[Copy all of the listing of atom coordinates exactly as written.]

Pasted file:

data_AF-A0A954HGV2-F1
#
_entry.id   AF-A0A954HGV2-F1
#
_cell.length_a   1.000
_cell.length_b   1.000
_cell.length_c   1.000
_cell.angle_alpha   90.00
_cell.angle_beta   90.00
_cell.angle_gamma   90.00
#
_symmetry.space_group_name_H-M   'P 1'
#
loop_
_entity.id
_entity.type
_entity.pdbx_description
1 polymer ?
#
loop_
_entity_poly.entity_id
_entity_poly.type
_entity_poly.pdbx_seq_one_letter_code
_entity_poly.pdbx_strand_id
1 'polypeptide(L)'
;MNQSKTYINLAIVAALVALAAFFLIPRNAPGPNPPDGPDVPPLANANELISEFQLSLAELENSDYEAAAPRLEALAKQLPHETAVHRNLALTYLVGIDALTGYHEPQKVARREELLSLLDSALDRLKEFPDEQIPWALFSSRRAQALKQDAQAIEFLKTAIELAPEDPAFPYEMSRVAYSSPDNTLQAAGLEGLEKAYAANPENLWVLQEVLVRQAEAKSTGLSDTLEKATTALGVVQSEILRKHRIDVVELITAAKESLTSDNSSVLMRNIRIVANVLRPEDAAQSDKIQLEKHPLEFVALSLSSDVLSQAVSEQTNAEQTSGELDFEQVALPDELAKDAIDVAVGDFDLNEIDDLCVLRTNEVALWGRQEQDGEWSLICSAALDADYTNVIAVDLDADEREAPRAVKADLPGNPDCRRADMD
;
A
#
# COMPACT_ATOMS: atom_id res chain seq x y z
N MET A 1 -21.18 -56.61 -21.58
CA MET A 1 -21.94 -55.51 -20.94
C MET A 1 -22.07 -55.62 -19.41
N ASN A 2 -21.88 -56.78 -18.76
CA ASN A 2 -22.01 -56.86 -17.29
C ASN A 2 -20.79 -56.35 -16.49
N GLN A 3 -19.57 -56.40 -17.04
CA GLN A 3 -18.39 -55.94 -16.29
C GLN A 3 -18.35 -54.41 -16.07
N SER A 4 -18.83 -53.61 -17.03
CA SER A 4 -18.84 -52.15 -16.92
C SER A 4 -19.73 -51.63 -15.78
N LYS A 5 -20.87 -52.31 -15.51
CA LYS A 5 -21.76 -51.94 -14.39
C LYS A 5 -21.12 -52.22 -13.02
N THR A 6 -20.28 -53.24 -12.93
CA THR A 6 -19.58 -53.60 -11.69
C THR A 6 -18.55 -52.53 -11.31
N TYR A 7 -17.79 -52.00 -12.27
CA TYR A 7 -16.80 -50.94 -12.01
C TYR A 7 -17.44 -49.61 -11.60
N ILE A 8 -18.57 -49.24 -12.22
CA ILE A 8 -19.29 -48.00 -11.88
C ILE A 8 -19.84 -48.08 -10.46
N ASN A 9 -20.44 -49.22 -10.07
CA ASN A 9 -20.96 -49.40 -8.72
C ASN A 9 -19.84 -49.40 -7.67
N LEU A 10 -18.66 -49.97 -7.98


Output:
data_AF-A0A954HGV2-F1
#
_entry.id   AF-A0A954HGV2-F1
#
_cell.length_a   1.000
_cell.length_b   1.000
_cell.length_c   1.000
_cell.angle_alpha   90.00
_cell.angle_beta   90.00
_cell.angle_gamma   90.00
#
_symmetry.space_group_name_H-M   'P 1'
#
loop_
_entity.id
_entity.type
_entity.pdbx_description
1 polymer ?
#
loop_
_entity_poly.entity_id
_entity_poly.type
_entity_poly.pdbx_seq_one_letter_code
_entity_poly.pdbx_strand_id
1 'polypeptide(L)'
;MNQSKTYINLAIVAALVALAAFFLIPRNAPGPNPPDGPDVPPLANANELISEFQLSLAELENSDYEAAAPRLEALAKQLPHETAVHRNLALTYLVGIDALTGYHEPQKVARREELLSLLDSALDRLKEFPDEQIPWALFSSRRAQALKQDAQAIEFLKTAIELAPEDPAFPYEMSRVAYSSPDNTLQAAGLEGLEKAYAANPENLWVLQEVLVRQAEAKSTGLSDTLEKATTALGVVQSEILRKHRIDVVELITAAKESLTSDNSSVLMRNIRIVANVLRPEDAAQSDKIQLEKHPLEFVALSLSSDVLSQAVSEQTNAEQTSGELDFEQVALPDELAKDAIDVAVGDFDLNEIDDLCVLRTNEVALWGRQEQDGEWSLICSAALDADYTNVIAVDLDADEREAPRAVKADLPGNPDCRRADMD
;
A
#
# COMPACT_ATOMS: atom_id res chain seq x y z
N MET A 1 -21.18 -56.61 -21.58
CA MET A 1 -21.94 -55.51 -20.94
C MET A 1 -22.07 -55.62 -19.41
N ASN A 2 -21.88 -56.78 -18.76
CA ASN A 2 -22.01 -56.86 -17.29
C ASN A 2 -20.79 -56.35 -16.49
N GLN A 3 -19.57 -56.40 -17.04
CA GLN A 3 -18.39 -55.94 -16.29
C GLN A 3 -18.35 -54.41 -16.07
N SER A 4 -18.83 -53.61 -17.03
CA SER A 4 -18.84 -52.15 -16.92
C SER A 4 -19.73 -51.63 -15.78
N LYS A 5 -20.87 -52.31 -15.51
CA LYS A 5 -21.76 -51.94 -14.39
C LYS A 5 -21.12 -52.22 -13.02
N THR A 6 -20.28 -53.24 -12.93
CA THR A 6 -19.58 -53.60 -11.69
C THR A 6 -18.55 -52.53 -11.31
N TYR A 7 -17.79 -52.00 -12.27
CA TYR A 7 -16.80 -50.94 -12.01
C TYR A 7 -17.44 -49.61 -11.60
N ILE A 8 -18.57 -49.24 -12.22
CA ILE A 8 -19.29 -48.00 -11.88
C ILE A 8 -19.84 -48.08 -10.46
N ASN A 9 -20.44 -49.22 -10.07
CA ASN A 9 -20.96 -49.40 -8.72
C ASN A 9 -19.84 -49.40 -7.67
N LEU A 10 -18.66 -49.97 -7.98